Siemens Gamesa Installs 6 Megawatt Wind Turbines On Floating Foundations For Hywind Scotland

Photo-illustration: Pixabay

Newly anointed Siemens Gamesa has completed the installation of five 6-megawatt turbines on floating foundations in Stord, Norway, to be then towed to Scottish waters to be installed at what will then be the world’s largest floating offshore wind project, the 30 megawatt Hywind Scotland.

Siemens Gamesa, the newly minted company arising out of the merger between the two company namesakes, which was finalized back in April, announced this week that it had completed the installation of five 6 megawatt (MW) wind turbines atop floating foundations. The completed turbines will now be towed to Scottish waters, where they will be installed 25 kilometers off the coast of Peterhead in Aberdeenshire, Scotland, at water depths between 90 and 120 meters, becoming the 30 MW Hywind Scotland floating offshore wind farm, the largest in the world.

“Siemens Gamesa views the floating wind farm market area the same way as we did with offshore wind farms in the early beginning: it is a very interesting area that is initially a niche market,” said Michael Hannibal, CEO of Offshore at Siemens Gamesa Renewable Energy. “This niche may, however, develop over time into a large market. It is a niche in which we would like to build a strong position for this reason.”

The Scottish Government approved Hywind Scotland back in November of 2015, at the same time that developer Statoil announced its final investment decision to build the project.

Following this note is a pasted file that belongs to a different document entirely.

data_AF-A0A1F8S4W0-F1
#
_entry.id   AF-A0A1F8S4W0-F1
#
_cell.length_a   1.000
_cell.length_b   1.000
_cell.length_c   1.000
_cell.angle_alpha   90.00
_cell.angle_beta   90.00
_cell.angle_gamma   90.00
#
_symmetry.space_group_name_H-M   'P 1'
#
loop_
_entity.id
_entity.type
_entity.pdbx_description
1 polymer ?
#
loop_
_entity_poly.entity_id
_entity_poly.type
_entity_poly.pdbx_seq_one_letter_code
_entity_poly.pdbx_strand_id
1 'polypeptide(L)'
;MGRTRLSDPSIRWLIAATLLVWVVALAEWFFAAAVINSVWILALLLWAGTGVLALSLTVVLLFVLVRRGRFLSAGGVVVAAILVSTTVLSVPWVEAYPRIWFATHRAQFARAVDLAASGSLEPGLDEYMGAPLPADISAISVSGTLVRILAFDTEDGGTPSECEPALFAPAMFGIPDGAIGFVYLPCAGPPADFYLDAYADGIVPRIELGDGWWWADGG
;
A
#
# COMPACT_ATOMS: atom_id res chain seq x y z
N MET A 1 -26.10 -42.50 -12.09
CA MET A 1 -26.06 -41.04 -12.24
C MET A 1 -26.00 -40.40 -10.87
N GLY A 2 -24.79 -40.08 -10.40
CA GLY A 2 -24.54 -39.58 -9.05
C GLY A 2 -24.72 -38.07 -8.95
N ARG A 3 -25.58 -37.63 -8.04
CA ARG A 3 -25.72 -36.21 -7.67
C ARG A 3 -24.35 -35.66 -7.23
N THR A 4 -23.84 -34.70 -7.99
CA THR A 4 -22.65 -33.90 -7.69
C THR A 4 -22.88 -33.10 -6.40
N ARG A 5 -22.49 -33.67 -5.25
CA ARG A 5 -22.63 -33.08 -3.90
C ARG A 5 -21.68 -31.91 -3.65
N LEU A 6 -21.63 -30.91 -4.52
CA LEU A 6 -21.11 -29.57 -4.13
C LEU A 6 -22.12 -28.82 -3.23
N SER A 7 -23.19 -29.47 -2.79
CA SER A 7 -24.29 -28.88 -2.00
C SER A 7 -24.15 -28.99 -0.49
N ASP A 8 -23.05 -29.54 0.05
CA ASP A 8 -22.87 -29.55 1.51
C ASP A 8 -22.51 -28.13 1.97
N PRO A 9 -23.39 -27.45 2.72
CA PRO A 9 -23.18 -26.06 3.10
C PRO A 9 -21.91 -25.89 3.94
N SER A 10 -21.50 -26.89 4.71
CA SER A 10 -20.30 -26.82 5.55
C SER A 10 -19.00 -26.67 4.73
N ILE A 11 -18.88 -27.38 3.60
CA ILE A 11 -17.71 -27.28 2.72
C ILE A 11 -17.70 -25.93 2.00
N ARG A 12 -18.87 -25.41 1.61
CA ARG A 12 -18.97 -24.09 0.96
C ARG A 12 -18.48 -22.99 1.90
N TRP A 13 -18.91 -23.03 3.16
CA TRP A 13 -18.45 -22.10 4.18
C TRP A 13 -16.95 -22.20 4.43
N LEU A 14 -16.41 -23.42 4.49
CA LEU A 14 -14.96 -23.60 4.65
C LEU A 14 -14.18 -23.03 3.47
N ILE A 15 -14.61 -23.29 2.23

“Statoil is proud to develop the world’s first floating wind farm,” said Irene Rummelhoff, Statoil’s executive vice president for New Energy Solutions, at the time.

“Our objective with the Hywind pilot park is to demonstrate the feasibility of future commercial, utility-scale floating wind farms. This will further increase the global market potential for offshore wind energy, contributing to realising our ambition of profitable growth in renewable energy and other low-carbon solutions.”

Earlier this year, Abu Dhabi’s renewable energy company, Masdar, announced that it had acquired a 25% stake in the Hywind Scotland project.

The Siemens Gamesa floating wind turbines are built onto ballast-stabilized foundations that will then be anchored to the seabed with mooring lines. Currently, the average traditional offshore wind farm is built in water depths between 20 and 30 meters (according to Fraunhofer IWES). While, strictly speaking, the further you get from shore the deeper the seabed gets, this is not always true, and developers have been able to move further from shore while finding water depths in the sweet spot. Nevertheless, this still restricts the consistency and strength of offshore winds, placing a natural cap on the efficiency of traditional offshore wind farms.

However, floating offshore wind farms — as exampled by Hywind Scotland, which will be installed in waters between 90 and 120 meters — are able to go out further, without worrying as much about seabed depths (they still have to be moored to the seabed). This allows for lower installation costs, as there is no need to be building concrete foundations, and opens offshore wind farms up to more consistent and stronger winds.